Thursday, September 24, 2009

Angel Peak Trails

The Angel Peak Scenic Area is a 10,000 acre badlands area about 15 miles south of Bloomfield along Highway 550 in northwest New Mexico. Most visitors will enjoy the views from the three rim overlook areas or the campground. There aren’t any official trails but there are some at least two reasonable routes for a hiker.

The small campground is at the end of the rim road. There is a short trail in the campground that leads along the rim to several view points toward 7000 foot Angel Peak. At the east end of the campground the trail leads through an odd turnstile and continues toward an eroded ridge with two fragment peaks of sandstone that is between the campground and Angel Peak.

The route approaching the two peak fragments is something of a knife edge. The way the two peaks line up is similar to the Chimney Rock formation and ruins site near Pagosa Springs, CO. I went as far as the first peak and thought it got too steep after that, but it may be possible to go further.

There are steep layers of sandstone below the clay layers and there is no established route to get to the canyon bottom. I saw a trail on the slopes back toward the campground that looked too steep for hikers and I thought it might be trail for Big Horn Sheep or other wildlife.

There are roads in at the bottom of the badlands but they don’t connect to the rim road in the Scenic Area. There are many gas or oil wells in the area and many service trucks traveling along these roads. My hike along the campground out to the eroded peak and back took about 1:15 hours.

There are other places in the campground area to hike a little below the rim on the clay layer but not many gaps in the sandstone layer and a descent anywhere toward the bottom will be steep.

I found another short hike at the Castle Rock Overlook and Picnic Area. Castle Rock is the second of the three overlooks. The first is named the Sage Overlook and the third is named the Cliffs Overlook. I didn’t find any interpretive signs or brochures in this area describing the geology or biology. The plant life in the badlands is very sparse. It looks there are scattered Junipers along the washes at the canyon bottom.

There is a short trail leading to a view point of a large Castle Rock far across the canyon and a smaller Castle Rock that can be reached by hiking. The trail is a little vague, but you can see where you are headed.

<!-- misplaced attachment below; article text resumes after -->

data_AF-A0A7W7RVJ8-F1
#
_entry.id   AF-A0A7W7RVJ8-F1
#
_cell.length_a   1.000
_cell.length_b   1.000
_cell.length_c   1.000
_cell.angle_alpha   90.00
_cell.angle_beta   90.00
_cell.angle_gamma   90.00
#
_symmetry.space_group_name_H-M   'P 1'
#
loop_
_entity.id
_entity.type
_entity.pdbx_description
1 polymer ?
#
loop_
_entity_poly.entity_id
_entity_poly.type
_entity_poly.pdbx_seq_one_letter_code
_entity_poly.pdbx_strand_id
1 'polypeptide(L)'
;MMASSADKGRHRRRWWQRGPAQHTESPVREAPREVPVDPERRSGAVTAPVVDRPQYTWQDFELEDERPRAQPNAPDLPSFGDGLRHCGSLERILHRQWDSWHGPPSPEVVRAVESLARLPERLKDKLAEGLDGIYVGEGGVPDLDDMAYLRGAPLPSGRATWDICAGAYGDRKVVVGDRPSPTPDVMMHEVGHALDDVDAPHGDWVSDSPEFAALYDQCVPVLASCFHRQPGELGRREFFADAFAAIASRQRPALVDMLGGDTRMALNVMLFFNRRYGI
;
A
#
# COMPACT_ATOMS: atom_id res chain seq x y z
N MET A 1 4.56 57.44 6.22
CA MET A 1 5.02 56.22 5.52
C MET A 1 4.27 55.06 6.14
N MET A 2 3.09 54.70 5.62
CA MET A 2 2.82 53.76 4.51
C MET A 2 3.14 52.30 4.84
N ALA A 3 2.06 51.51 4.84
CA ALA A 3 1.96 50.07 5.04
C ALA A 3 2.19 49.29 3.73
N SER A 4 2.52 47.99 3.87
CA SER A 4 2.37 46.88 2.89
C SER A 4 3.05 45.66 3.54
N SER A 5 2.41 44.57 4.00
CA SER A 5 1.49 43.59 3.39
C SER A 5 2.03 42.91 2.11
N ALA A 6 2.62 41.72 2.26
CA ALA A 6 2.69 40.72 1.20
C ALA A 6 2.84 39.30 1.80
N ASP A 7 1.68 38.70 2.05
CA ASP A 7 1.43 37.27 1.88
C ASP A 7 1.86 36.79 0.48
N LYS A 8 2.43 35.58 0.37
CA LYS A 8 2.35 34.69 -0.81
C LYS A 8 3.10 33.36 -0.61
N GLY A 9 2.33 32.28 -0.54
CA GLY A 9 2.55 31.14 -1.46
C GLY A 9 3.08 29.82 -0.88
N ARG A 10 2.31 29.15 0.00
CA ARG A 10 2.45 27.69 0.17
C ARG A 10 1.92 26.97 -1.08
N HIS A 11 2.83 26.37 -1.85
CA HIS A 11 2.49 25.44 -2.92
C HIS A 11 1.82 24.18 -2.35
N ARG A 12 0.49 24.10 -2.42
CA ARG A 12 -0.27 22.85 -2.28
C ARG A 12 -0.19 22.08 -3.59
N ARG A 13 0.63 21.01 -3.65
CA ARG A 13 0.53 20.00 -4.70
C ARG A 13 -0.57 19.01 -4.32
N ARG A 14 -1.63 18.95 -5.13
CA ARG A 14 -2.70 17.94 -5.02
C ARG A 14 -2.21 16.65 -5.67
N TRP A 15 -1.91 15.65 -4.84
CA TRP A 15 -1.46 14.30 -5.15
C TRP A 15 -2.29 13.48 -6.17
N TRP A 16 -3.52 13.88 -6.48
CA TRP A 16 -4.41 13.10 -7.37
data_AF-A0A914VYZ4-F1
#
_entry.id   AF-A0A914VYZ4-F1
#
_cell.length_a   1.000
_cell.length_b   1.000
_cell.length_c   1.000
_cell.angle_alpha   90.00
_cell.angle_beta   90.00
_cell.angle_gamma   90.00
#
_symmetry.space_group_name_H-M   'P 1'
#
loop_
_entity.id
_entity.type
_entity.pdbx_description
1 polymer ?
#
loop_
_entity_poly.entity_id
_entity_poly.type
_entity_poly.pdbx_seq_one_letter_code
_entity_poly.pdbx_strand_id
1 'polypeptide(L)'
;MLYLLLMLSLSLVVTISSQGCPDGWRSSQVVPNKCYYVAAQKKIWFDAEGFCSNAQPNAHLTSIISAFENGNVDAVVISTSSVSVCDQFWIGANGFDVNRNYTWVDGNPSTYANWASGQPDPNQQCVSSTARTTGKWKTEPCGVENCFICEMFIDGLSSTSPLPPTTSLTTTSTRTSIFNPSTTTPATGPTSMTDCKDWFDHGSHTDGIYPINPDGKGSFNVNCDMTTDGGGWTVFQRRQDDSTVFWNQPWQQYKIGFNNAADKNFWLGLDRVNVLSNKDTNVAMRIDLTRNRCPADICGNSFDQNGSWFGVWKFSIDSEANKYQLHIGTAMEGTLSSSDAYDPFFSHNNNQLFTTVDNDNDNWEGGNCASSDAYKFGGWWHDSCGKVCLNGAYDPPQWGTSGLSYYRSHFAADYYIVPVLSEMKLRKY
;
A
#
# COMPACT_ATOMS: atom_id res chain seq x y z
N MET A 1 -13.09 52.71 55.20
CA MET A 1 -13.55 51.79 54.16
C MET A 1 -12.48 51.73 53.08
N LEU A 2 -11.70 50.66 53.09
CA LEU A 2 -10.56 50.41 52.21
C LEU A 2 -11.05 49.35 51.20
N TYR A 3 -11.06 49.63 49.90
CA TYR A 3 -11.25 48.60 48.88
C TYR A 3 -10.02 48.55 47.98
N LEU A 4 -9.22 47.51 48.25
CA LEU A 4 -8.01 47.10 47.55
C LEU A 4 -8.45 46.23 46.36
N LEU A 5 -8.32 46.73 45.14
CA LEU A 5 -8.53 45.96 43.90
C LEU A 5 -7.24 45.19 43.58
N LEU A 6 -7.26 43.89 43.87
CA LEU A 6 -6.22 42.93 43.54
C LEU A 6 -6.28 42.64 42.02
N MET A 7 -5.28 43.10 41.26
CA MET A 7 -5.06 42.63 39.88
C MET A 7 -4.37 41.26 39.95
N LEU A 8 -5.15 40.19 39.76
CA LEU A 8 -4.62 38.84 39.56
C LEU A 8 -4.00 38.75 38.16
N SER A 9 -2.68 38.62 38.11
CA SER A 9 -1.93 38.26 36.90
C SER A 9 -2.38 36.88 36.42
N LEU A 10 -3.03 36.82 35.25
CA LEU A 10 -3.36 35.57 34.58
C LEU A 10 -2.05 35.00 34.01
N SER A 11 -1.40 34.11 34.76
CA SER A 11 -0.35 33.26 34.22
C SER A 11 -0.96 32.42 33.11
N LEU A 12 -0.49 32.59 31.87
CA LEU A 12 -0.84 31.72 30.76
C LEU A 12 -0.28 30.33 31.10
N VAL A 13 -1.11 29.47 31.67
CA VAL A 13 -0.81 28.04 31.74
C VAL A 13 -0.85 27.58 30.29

The views from Castle Rock extend beyond the immediate Angel Peak area. To the north the LaPlata Mountains near Durango, CO are visible. Also, Sleeping Ute Mountain and Mesa Verde can be sighted. This short hike takes only 30 minutes.

Tuesday, September 22, 2009

Cox Canyon Arch Trail

The Cox Canyon Arch Trail is in the canyon country in northwest New Mexico about 3.5 miles south of the Colorado border along Highway 550. The unmarked trail head is west along County Road 2300 for 1.2 miles, then a right turn on County Road 2310 for 2.5 miles, then a right on a dirt track past a gas compression facility.

At the end of the dirt track past the gas plant there are two short side canyons to the left or north and the arch isn’t visible. The unmarked trail starts up the side canyon that is more to the left or west. The arch sits in the area that is between the heads of these two short side canyons.

I walked up the wrong side canyon at first and came to a dead end. There is a shady alcove at the end but I didn’t see any way up to the rim. I retraced my steps and crossed the dry wash and looked over to the east. I spotted the arch in the distance from the sage brush field as I was returning.

There are two layers of short sandstone cliffs to climb past on the way up. I had to look around for a few minutes to find the first notch to climb through. It looks like a step has been carved to make the climb easier. The second cliff is a little trickier, but some handholds have been carved making that spot feasible.

There is an alcove at the head of this short canyon just below the arch. I looked briefly to see if there might be a ruins site there but didn’t see anything. This arch has a 42 ft. span and is 35 ft. high. It somewhat resembles Delicate Arch in Arches National Park and is easy to view from both sides. The return hike only took 15 minutes and my total hike was about 1:20 hours with much of that time spent trying to find the arch and the route.